Making a lifestyle modification does begin in the kitchen. We want every rupee to count. It’s hardwork to put in hours trying to establish a good lifestyle. Food choices need to be the kind that adds energy rather than instill lethargy. Believe it or not it has to do with the kind of ingredients we choose - refined vs un-refined. People think that it requires time and effort to go looking for ingredients which are made in a conscious manner. It’s not difficult at all, thanks to the internet.
When we cook more often using the vessels made with natural materials, by artisans, closer to our homes, the body is said to be more receptive to absorbing those nutrients from the food that is cooked in them.
Kal chatti or soap stone utensils made in the South of India need to be seasoned with rice water for several days before being placed on heat. The starch and nutrients from the rice water helps in sealing the porous pockets naturally found in the soft stone and renders it safe for cooking.
We have by now been able to transition from plastic to fully biodegradable cardboard boxes for 80% of our products. Seen above in the picture are cardboard fitments. Most of our glass containers are being shipped in these boxes now. There have been cases of spillage, we are learning and promise to fix the gaps.
We had also shared small sneak peaks into the making of the cloth-bags on our Social Media channels. These are made by the same team in Kolhapur who make our Dhoop sticks.
This 'Ninja team' also does a quality check of the bags to see if any threads are out. This is because, we want to be using resources responsibly. While we are thinking about the sturdiness of the bags to carry our foods during transit, we also want these bags to be of use to you in many more ways. Reuse, re-purpose to store your green chillies, curry leaves, lime etc in the fridge or use it the way you want to store anything.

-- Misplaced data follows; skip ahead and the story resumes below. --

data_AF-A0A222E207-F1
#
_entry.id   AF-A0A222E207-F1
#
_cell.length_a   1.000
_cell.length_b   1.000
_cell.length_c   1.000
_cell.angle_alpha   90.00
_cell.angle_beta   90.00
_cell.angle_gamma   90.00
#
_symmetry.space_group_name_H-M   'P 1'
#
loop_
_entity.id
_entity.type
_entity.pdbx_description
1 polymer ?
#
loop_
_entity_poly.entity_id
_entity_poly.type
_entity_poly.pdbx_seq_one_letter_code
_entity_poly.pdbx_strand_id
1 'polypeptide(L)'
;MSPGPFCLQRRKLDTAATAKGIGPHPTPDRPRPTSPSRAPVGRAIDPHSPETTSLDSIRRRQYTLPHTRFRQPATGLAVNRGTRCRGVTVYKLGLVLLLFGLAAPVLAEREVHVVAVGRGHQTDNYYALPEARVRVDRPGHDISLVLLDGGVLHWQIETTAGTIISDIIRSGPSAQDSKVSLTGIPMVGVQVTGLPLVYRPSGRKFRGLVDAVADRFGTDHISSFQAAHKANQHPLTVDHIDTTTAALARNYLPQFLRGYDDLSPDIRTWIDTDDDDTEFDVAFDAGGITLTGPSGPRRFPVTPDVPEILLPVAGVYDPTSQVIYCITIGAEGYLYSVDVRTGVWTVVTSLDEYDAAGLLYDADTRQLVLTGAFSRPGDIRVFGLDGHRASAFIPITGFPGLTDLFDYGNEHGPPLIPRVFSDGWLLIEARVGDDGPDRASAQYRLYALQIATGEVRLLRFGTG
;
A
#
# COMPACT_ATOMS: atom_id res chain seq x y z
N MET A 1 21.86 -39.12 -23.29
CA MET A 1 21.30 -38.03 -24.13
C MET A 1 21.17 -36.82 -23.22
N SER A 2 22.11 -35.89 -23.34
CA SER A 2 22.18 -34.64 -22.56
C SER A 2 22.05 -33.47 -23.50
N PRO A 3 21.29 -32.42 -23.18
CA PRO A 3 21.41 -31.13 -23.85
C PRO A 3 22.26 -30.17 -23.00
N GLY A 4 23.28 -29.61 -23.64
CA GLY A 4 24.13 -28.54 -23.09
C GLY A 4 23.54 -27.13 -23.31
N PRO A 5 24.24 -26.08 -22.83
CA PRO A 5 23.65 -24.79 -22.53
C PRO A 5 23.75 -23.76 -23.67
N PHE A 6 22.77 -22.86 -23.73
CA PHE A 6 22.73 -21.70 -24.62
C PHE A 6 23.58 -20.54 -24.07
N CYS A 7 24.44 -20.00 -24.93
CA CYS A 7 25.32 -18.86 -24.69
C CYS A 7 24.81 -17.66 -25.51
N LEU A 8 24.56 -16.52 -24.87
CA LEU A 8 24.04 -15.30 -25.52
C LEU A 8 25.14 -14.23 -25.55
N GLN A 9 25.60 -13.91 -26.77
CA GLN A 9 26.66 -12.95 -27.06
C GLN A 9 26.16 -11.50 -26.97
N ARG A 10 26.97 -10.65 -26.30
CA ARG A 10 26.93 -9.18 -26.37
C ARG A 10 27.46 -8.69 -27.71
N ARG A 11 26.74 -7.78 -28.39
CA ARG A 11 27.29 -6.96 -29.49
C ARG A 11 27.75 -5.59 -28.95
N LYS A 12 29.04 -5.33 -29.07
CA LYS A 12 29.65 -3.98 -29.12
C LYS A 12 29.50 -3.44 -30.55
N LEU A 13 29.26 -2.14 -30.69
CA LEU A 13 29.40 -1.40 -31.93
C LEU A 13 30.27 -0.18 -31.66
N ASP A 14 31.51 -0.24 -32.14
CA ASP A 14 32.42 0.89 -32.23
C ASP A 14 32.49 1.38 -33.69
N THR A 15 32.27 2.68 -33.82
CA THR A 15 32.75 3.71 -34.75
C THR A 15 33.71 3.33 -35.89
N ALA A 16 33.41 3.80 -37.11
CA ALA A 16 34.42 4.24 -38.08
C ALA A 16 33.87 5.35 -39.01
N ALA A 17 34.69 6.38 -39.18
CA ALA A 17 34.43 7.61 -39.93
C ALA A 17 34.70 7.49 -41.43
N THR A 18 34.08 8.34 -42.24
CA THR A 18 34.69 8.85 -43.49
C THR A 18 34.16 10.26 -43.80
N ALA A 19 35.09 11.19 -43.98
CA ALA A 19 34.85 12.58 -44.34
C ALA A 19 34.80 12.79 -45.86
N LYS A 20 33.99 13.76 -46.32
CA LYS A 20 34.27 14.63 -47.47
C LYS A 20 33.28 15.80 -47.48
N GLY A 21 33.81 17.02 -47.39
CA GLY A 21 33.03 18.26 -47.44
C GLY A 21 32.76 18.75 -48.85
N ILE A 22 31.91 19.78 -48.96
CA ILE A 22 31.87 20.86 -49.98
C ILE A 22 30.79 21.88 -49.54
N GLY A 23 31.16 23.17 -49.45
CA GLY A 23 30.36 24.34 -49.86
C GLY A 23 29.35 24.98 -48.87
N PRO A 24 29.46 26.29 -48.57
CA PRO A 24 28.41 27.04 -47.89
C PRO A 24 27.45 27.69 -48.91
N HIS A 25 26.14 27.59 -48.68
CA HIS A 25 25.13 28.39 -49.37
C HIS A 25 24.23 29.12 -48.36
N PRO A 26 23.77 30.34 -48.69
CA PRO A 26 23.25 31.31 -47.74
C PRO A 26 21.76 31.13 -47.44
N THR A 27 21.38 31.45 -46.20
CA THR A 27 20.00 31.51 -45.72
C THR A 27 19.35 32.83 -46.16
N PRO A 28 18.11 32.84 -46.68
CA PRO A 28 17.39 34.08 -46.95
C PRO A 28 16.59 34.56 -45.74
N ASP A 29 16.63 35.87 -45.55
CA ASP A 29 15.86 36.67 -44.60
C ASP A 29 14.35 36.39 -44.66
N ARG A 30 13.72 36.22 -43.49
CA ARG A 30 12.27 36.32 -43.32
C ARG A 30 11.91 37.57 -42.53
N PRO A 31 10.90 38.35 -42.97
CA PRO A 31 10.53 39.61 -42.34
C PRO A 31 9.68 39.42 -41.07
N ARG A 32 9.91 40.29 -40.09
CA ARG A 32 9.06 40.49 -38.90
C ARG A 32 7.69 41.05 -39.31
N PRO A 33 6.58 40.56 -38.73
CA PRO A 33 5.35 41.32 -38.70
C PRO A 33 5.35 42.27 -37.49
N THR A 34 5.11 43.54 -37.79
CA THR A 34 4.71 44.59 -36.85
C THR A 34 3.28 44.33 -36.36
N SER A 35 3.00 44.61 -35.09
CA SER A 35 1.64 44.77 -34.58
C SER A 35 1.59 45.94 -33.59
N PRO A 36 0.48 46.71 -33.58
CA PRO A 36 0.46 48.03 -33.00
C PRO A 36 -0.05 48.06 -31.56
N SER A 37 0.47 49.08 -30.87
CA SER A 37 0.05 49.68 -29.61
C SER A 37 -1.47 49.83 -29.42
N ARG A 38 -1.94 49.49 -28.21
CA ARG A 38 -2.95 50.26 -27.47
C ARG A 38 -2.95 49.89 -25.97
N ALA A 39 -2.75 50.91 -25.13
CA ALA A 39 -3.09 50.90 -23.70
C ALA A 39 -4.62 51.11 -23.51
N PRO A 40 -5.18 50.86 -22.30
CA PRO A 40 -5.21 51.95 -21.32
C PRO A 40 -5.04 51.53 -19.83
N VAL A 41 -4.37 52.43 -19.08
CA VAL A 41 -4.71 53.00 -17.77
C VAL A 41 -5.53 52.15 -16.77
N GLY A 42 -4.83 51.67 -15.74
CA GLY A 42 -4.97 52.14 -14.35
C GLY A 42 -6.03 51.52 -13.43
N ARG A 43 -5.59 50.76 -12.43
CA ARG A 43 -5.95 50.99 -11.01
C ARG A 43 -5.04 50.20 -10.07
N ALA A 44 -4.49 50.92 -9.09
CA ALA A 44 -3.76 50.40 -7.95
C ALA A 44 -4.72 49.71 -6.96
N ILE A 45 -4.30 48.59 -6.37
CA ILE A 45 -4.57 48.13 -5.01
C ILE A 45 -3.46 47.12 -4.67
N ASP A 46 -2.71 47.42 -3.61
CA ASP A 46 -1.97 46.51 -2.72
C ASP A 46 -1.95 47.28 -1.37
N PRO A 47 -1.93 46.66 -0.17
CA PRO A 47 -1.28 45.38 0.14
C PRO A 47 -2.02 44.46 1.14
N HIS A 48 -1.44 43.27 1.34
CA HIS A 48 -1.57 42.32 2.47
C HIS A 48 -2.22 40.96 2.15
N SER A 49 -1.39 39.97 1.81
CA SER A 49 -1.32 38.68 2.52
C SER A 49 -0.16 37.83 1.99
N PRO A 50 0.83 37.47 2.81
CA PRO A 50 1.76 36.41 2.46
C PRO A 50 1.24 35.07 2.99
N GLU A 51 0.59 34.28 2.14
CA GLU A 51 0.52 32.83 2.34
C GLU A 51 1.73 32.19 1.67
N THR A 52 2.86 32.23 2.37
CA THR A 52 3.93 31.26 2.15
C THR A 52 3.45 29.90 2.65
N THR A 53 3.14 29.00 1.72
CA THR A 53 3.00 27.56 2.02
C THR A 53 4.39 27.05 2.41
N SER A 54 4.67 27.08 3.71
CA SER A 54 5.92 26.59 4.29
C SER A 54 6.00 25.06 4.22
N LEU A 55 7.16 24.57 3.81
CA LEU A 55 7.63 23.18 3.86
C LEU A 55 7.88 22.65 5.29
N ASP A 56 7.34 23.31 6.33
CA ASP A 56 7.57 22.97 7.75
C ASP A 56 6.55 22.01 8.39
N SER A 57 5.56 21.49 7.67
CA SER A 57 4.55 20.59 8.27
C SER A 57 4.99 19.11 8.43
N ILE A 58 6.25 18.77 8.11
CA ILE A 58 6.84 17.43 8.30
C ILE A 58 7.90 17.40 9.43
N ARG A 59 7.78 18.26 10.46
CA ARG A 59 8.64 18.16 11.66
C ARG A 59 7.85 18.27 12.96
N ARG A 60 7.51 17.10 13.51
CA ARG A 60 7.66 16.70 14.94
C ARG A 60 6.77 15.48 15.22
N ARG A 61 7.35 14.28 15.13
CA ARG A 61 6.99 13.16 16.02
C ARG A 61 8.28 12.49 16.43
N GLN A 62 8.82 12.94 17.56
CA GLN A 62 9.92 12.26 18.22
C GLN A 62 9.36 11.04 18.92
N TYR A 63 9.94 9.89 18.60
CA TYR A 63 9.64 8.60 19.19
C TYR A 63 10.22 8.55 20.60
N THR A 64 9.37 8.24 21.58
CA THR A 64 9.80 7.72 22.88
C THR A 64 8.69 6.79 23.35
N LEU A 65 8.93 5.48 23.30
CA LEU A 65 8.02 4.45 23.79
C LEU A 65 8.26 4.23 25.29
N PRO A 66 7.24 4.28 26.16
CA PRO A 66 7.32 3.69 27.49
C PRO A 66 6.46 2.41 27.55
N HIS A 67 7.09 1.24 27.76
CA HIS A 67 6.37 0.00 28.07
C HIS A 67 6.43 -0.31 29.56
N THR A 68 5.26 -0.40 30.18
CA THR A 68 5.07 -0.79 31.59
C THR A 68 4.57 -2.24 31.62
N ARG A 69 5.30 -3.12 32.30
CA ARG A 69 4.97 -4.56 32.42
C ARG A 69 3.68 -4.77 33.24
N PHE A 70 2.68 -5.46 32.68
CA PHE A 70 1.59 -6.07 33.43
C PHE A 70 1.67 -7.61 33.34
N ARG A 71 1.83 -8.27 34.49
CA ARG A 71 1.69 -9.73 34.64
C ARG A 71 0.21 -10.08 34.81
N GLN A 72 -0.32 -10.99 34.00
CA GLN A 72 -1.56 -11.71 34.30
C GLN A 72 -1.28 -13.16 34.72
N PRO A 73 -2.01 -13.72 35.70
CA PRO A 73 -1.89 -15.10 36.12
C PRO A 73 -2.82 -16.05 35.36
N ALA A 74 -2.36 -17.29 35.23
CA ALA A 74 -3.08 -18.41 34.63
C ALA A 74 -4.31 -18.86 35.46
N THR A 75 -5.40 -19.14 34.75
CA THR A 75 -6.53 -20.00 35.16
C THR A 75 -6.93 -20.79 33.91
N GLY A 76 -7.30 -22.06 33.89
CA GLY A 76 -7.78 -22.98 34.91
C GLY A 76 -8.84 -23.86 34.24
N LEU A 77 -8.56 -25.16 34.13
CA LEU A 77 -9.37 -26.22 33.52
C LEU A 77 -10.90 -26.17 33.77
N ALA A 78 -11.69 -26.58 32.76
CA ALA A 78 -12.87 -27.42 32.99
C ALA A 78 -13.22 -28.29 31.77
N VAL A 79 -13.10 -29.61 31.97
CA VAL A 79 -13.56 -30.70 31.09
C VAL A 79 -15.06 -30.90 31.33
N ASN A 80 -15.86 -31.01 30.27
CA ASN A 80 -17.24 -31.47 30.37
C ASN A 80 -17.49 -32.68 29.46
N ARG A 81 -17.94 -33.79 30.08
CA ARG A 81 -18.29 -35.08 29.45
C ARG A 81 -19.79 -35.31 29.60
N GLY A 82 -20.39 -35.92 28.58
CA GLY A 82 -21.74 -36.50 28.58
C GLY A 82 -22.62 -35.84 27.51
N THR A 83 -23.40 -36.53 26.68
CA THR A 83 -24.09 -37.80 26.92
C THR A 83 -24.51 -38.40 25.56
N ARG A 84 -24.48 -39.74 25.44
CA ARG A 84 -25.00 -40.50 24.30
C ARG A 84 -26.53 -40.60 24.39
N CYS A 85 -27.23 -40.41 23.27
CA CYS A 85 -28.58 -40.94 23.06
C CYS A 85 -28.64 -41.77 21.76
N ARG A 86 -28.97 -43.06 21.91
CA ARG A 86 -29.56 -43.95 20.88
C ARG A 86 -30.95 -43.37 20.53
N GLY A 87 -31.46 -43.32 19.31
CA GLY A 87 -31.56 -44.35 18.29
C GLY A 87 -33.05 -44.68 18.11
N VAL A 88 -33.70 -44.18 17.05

We were excited when we recently asked our followers on social media to share what it is that they look for in their bottle of Ghee - whether that was store-bought or made at home. The many stories shared were a clear indication that there is no dearth of like-minded people. What touched us most, is that there was so much love behind every story that was shared and that was the common thread that bonded us all. We share here some of the wonderful comments left on our page –
This article takes a look at some of the main herbs, widely used in Ayurveda that were a part of our wild landscape. Today we don’t know how to identify these plants even if these were to spring up in our backyard. Education cannot be limited to academics or lifestyle necessities alone. As people of this land, we need to understand the healing powers of our native medicinal plants before going off on a search for a rare tonic located in a far flung corner of the globe.
Before we talk more about gluten, it is first necessary to understand that what we know today as wheat is a result of many many processes of hybridization, DNA tampering, altering of chromosomes, bleaching, refining etc. It’s like someone reached into a big bag of different wheat chromosomes and decided to put together those which they thought would be most resilient to pests, grow faster within a shorter span of time, be separated from the bran with minimum effort and therefore make for better business.